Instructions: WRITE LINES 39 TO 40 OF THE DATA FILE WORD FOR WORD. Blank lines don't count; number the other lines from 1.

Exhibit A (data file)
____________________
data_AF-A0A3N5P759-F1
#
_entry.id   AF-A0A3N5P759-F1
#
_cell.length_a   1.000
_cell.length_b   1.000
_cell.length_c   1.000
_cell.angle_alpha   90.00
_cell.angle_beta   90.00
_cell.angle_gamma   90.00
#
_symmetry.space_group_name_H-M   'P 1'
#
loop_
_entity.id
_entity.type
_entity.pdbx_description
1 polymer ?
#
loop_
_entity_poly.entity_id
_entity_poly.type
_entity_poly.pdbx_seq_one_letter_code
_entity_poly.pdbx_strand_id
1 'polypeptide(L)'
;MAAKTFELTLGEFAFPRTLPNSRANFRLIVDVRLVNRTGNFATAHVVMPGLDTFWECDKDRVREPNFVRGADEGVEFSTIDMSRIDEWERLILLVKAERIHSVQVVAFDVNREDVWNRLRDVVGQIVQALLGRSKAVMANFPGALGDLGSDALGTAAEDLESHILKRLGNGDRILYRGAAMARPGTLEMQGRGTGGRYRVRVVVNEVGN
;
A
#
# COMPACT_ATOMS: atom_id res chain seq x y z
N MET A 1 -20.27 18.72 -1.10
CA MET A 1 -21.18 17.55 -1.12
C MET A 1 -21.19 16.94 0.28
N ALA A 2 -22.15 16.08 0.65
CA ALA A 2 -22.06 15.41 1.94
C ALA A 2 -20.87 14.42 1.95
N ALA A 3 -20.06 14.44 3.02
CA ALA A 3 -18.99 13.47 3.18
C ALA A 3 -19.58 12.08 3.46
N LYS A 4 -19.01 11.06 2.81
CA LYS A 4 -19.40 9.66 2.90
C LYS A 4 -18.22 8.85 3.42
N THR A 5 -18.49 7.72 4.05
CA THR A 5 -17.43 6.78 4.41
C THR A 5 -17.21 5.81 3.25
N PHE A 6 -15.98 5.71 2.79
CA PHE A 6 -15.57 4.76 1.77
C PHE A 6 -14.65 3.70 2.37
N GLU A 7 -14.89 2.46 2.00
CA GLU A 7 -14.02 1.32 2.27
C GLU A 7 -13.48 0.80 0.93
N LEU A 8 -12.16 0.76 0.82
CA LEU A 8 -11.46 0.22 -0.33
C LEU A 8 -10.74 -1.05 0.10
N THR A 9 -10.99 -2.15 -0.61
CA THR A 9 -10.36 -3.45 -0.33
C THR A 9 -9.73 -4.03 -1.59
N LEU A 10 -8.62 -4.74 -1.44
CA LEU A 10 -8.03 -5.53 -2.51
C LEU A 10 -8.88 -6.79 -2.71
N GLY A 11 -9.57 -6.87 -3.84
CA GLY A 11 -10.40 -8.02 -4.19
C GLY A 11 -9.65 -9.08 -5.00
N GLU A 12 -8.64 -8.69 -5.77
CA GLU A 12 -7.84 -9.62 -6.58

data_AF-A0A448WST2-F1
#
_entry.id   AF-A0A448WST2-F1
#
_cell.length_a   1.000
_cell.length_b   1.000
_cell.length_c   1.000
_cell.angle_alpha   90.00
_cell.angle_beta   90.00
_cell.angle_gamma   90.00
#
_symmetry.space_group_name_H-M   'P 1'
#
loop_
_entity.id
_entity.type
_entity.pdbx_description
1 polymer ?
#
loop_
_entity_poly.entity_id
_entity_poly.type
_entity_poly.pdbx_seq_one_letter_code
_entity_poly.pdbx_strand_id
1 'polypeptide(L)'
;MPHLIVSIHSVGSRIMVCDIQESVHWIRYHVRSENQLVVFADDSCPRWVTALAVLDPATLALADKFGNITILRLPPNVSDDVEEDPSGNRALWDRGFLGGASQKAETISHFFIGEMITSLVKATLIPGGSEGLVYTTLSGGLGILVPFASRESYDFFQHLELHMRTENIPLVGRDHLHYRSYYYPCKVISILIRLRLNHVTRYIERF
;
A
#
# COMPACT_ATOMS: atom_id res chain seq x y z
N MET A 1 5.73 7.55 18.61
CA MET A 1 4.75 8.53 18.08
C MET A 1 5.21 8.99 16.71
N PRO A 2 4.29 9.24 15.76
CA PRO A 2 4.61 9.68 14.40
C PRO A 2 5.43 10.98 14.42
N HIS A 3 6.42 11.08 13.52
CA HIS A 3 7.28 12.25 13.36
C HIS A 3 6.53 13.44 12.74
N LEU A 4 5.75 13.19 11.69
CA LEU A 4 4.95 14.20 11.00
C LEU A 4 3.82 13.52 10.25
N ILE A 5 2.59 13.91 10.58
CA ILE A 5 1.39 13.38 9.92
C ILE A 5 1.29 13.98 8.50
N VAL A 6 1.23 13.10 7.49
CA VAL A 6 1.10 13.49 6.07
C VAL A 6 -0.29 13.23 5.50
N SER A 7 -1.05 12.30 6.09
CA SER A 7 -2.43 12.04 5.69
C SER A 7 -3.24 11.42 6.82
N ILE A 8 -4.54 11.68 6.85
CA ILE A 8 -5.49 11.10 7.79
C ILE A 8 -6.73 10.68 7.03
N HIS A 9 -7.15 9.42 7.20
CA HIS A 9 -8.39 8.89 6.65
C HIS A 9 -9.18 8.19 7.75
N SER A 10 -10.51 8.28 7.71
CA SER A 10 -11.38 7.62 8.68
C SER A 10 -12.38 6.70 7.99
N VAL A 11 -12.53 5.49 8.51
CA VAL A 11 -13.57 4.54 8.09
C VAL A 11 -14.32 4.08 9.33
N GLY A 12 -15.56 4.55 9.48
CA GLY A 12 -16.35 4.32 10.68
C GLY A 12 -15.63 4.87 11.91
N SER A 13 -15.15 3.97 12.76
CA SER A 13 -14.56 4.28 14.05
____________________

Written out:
C ALA A 3 -19.58 12.08 3.46
N LYS A 4 -19.01 11.06 2.81